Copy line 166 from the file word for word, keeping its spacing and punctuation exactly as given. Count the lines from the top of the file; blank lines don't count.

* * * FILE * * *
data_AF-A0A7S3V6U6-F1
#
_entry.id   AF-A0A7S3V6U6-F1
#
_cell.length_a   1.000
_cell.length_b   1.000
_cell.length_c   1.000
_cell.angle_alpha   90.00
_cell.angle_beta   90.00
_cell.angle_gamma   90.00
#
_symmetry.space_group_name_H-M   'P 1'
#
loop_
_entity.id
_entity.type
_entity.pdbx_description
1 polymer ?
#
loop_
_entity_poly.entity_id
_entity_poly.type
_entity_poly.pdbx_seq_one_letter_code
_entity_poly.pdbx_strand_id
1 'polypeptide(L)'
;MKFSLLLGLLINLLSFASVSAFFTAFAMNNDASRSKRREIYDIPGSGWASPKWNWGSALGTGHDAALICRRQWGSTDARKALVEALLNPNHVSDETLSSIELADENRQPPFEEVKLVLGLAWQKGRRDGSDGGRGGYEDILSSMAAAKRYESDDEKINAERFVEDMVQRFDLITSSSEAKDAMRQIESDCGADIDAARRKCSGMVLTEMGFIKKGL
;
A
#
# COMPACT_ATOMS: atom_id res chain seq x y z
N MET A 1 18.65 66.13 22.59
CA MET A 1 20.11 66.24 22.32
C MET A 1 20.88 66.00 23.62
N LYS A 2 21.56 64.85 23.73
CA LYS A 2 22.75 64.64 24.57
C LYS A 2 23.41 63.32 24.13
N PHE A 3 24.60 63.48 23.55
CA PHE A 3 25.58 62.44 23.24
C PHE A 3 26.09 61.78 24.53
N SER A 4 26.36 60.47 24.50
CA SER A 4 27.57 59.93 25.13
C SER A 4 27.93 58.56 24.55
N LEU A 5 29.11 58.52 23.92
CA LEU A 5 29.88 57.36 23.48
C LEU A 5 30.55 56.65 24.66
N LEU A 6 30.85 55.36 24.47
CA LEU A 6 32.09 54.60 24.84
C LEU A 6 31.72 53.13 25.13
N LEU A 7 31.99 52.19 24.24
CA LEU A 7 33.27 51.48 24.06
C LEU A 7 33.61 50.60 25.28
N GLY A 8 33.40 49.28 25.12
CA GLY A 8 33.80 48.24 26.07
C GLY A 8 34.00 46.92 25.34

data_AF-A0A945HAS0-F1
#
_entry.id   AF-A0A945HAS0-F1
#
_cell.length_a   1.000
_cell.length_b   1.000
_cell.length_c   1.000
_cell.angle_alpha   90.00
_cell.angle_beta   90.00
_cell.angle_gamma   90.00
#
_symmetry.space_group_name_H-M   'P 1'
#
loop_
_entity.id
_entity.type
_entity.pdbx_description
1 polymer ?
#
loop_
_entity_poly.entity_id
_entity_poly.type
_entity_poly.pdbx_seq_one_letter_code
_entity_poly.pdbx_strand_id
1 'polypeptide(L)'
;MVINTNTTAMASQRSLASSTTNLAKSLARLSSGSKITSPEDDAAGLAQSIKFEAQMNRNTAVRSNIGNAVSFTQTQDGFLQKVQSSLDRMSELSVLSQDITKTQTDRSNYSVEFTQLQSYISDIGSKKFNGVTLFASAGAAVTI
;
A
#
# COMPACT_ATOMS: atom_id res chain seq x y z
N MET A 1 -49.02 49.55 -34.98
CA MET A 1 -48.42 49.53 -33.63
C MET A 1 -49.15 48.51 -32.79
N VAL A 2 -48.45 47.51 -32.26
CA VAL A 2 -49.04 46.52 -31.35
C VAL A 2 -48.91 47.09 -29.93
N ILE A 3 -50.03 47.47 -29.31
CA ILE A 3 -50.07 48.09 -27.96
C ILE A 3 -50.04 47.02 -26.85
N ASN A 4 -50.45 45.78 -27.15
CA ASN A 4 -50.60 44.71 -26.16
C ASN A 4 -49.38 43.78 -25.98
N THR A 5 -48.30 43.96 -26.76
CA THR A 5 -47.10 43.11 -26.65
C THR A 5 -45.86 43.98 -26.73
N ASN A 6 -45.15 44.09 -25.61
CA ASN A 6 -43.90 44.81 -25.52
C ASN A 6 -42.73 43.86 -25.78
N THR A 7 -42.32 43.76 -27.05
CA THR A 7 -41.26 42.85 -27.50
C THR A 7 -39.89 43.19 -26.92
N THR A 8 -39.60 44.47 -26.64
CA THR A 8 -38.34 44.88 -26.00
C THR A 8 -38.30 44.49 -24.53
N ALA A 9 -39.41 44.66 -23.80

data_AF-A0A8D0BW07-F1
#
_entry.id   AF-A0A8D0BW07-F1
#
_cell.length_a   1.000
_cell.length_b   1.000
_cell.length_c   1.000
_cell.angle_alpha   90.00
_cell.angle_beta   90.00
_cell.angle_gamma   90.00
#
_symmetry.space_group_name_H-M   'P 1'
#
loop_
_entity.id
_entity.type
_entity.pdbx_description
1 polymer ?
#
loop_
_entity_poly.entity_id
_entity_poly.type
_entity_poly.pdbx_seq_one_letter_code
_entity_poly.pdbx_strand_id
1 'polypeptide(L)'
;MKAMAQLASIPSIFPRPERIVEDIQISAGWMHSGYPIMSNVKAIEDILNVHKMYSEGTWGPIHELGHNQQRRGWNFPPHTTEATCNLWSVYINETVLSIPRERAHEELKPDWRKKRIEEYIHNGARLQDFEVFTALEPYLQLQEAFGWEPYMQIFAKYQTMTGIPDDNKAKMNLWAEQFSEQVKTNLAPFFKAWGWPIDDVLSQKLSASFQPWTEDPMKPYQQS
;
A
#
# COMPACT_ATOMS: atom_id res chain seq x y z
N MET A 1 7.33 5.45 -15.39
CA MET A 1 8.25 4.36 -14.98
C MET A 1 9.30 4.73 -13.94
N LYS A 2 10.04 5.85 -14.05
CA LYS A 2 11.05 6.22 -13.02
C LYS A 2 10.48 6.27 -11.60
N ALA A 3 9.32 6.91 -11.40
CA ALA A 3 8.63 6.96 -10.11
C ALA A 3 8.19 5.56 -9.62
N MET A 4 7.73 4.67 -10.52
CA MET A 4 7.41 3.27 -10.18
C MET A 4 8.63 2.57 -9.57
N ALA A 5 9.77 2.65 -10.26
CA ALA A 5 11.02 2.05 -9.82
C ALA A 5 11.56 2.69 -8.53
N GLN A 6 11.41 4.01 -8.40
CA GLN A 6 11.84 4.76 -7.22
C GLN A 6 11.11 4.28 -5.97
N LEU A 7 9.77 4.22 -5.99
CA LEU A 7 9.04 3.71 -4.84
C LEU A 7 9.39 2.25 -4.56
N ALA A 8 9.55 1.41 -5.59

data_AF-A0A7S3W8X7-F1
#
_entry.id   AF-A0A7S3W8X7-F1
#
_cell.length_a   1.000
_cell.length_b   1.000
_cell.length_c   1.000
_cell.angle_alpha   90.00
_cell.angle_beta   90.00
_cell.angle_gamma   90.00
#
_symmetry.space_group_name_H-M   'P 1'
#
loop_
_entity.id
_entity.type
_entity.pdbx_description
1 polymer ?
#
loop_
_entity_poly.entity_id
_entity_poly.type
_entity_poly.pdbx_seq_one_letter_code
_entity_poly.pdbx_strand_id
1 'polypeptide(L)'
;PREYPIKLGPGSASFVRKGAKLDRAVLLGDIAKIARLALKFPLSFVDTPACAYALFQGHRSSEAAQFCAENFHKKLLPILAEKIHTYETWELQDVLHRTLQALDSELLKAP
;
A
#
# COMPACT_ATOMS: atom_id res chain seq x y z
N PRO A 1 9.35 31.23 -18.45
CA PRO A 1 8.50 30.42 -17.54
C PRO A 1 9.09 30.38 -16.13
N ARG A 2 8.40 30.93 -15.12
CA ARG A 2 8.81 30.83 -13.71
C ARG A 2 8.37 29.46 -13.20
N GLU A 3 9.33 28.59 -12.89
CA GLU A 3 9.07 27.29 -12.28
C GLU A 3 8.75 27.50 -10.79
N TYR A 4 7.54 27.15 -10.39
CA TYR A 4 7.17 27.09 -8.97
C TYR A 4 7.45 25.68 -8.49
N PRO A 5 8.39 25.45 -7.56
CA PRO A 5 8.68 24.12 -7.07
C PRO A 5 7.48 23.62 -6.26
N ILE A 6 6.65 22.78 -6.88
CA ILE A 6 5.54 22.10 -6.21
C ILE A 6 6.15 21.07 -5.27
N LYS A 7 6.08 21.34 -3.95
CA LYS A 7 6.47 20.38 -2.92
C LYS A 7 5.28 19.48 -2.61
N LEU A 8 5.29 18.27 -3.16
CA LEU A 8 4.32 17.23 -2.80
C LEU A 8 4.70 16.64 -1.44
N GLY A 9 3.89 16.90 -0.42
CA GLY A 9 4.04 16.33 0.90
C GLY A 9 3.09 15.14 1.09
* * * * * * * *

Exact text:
_cell.length_a   1.000